Video: Pancreatic duct system
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Today, we're in the middle of a mystery - a murder mystery. On August 22nd, 1643, Professor Johann Georg Wirsung was shot to death by a Belgian student named Jacques Cambier. Without any obvious mo... Read more
Today, we're in the middle of a mystery - a murder mystery. On August 22nd, 1643, Professor Johann Georg Wirsung was shot to death by a Belgian student named Jacques Cambier. Without any obvious motive for the murder, it was speculated in anatomical circles that Wirsung was murdered out of jealousy for his discovery. But what discovery might it have been?
Well, it happens that in the year before he was murdered, Professor Wirsung discovered a tube in the center of an organ, which was previously believed to only function as padding in the abdominal area. It was, of course, the pancreas. This allowed Professor Wirsung to deduce that the pancreas may have a more important previously unknown purpose. In celebration of his finding, this tube was named the duct of Wirsung. But did his discovery cost him his life? That's a mystery I can't solve, but I can help you with the enigma that is the pancreatic duct system.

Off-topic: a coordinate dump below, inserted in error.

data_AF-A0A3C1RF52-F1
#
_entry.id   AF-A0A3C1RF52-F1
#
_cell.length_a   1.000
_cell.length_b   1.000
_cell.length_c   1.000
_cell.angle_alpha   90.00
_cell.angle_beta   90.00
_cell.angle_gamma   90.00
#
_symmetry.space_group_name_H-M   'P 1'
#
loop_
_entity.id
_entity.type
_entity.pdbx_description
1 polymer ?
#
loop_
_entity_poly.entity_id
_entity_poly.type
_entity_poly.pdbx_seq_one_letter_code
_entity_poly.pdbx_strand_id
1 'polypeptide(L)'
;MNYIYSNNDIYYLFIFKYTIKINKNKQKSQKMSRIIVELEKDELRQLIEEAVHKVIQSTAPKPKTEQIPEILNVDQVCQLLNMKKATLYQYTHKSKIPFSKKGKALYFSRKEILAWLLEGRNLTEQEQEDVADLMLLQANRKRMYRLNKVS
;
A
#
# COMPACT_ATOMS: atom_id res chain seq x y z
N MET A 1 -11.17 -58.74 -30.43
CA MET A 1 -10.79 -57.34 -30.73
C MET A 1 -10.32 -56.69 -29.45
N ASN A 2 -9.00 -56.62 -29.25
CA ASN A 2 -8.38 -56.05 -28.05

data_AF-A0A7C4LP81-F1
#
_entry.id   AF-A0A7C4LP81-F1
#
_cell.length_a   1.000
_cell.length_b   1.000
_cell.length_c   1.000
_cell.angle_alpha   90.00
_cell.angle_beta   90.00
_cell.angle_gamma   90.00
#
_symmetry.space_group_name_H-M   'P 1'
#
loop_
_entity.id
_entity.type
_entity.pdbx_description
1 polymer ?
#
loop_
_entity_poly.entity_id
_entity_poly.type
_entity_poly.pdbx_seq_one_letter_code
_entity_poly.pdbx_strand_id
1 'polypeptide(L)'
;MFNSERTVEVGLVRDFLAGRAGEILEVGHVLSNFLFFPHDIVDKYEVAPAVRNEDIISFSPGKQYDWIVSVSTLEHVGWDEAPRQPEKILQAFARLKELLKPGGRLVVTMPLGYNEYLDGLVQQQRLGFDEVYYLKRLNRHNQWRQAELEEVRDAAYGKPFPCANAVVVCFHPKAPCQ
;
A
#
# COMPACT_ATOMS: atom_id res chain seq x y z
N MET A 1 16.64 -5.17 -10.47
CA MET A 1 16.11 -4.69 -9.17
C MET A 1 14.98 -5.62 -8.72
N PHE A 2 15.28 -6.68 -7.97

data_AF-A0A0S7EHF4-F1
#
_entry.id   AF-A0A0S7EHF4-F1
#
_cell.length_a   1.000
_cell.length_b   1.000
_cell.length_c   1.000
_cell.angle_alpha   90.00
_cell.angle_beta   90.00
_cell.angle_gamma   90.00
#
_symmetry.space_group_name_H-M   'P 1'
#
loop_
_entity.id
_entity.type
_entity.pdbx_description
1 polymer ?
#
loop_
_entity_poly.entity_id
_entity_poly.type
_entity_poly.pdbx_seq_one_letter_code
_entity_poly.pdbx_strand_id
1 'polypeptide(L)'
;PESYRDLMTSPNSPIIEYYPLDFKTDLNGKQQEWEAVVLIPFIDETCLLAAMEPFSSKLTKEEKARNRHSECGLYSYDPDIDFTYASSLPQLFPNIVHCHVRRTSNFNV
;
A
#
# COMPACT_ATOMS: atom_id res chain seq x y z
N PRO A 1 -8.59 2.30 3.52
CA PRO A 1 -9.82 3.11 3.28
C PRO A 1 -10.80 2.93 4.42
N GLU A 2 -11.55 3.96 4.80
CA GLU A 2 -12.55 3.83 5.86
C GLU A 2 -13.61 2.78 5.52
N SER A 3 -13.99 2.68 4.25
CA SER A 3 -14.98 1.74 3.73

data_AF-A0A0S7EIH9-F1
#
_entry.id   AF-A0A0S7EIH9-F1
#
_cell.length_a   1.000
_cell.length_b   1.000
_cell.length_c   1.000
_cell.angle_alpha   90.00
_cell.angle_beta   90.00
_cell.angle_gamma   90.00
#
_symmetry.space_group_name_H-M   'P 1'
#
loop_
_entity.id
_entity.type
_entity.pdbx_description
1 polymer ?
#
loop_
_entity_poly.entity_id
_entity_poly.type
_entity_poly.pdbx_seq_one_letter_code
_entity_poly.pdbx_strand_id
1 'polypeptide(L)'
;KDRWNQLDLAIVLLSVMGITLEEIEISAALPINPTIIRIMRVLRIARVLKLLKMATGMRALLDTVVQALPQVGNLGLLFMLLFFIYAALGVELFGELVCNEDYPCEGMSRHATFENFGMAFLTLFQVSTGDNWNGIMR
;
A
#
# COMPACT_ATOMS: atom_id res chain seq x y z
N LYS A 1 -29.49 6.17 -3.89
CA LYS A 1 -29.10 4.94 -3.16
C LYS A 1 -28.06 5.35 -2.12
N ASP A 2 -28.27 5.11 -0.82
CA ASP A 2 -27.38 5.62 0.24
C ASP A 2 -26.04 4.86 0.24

You might be interested to know what exactly we'll cover in this tutorial, so let's have a quick overview. We'll start with a very quick review of the location and basic anatomy of the pancreas just to help you orientate yourself. Then we'll move on to the duct system, where we'll find two important ducts - the main pancreatic duct and the accessory pancreatic duct. With those in mind, we'll discuss the duct system and its components. Once we've covered all of that, we'll conclude as always with a clinical note.
So, what do you say? Are you ready to untangle the mystery of the pancreatic duct system? Then let's get started with the location and basic anatomy of the pancreas.
Okay, so what is the pancreas? Well, despite previous misconceptions, we now know that it's a really important organ of both the digestive and the endocrine systems, meaning it has a dual function. About eighty percent of its functional tissue is dedicated to producing enzymes essential for digestion, making the pancreas an exocrine organ. The rest of it is dedicated to producing hormones like glucagon and insulin, which also make it an endocrine gland. These hormones are essential in glucose metabolism which in simpler terms means they help to regulate blood sugar levels.
The pancreas is mostly contained in the upper left quadrant of the abdomen. Most of its parts lie posterior to the stomach, which has been removed in this image. In today's tutorial, we'll focus on the pancreas and the part of the small intestine related to it - the duodenum. If you would like to explore the anatomical relations of the pancreas in greater detail, be sure to check out our video on this topic.